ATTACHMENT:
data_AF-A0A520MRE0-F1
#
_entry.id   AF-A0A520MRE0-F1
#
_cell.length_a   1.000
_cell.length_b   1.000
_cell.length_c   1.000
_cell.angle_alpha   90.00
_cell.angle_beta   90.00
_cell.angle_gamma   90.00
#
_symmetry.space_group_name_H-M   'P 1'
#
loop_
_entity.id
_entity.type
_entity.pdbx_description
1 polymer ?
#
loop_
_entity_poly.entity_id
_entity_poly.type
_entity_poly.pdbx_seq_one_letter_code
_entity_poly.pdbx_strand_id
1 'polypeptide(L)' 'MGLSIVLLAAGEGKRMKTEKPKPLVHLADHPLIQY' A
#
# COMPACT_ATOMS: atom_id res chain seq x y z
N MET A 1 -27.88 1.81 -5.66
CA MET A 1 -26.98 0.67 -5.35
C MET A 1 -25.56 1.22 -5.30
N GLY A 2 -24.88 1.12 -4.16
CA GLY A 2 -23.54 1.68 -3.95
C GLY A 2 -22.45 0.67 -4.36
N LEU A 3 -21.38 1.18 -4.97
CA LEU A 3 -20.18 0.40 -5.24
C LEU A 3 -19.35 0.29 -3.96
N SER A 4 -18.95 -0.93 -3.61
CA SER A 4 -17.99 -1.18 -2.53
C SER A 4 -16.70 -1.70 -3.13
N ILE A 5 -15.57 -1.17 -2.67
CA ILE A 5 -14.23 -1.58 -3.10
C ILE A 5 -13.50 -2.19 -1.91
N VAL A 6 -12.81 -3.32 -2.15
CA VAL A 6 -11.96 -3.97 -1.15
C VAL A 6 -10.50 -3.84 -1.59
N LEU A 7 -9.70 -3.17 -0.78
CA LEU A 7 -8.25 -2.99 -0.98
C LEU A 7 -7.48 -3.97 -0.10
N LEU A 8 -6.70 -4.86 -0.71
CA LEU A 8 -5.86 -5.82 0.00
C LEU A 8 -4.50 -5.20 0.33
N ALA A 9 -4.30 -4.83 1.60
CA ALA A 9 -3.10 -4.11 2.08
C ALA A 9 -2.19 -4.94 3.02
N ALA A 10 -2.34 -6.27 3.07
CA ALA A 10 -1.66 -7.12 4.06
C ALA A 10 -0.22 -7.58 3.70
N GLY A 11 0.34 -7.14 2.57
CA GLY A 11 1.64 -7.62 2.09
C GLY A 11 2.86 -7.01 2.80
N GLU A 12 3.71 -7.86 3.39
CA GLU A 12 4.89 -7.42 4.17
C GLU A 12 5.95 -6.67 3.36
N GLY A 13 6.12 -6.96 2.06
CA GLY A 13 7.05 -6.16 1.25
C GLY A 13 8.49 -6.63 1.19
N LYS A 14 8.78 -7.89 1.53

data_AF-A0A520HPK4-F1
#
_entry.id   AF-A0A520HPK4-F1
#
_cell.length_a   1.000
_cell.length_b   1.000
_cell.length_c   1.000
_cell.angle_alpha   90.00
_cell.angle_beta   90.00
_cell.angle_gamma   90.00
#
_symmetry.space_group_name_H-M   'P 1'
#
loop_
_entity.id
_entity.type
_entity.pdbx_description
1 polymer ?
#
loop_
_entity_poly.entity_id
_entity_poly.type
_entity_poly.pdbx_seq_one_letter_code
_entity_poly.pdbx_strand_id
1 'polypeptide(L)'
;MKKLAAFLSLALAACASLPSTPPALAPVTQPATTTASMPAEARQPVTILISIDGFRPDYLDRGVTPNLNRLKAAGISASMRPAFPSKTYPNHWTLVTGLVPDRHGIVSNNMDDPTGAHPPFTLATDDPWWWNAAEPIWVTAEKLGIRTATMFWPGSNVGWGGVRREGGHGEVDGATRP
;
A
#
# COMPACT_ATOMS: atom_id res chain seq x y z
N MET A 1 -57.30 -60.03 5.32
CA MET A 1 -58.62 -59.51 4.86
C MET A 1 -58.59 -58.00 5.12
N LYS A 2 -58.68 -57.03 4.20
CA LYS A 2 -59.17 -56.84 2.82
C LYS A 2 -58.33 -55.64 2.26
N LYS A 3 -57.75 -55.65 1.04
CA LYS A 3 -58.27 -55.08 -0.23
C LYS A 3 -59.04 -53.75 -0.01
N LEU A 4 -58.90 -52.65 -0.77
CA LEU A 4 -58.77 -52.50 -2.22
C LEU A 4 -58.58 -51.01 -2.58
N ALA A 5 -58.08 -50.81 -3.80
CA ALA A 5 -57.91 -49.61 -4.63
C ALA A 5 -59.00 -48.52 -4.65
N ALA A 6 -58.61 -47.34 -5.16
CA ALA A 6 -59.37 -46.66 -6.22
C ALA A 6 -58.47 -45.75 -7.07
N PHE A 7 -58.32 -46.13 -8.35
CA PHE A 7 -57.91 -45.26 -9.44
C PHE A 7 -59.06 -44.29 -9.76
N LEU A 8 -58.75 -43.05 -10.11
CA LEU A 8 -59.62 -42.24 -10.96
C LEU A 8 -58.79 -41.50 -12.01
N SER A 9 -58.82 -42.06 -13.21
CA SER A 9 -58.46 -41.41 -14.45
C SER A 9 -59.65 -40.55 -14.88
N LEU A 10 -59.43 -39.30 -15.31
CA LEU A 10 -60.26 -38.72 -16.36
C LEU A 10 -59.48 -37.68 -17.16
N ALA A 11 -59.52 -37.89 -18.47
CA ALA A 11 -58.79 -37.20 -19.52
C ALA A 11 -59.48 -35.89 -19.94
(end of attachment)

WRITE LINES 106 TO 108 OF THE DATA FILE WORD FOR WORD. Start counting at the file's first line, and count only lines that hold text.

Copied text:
C LYS A 3 -59.04 -53.75 -0.01
N LEU A 4 -58.90 -52.65 -0.77
CA LEU A 4 -58.77 -52.50 -2.22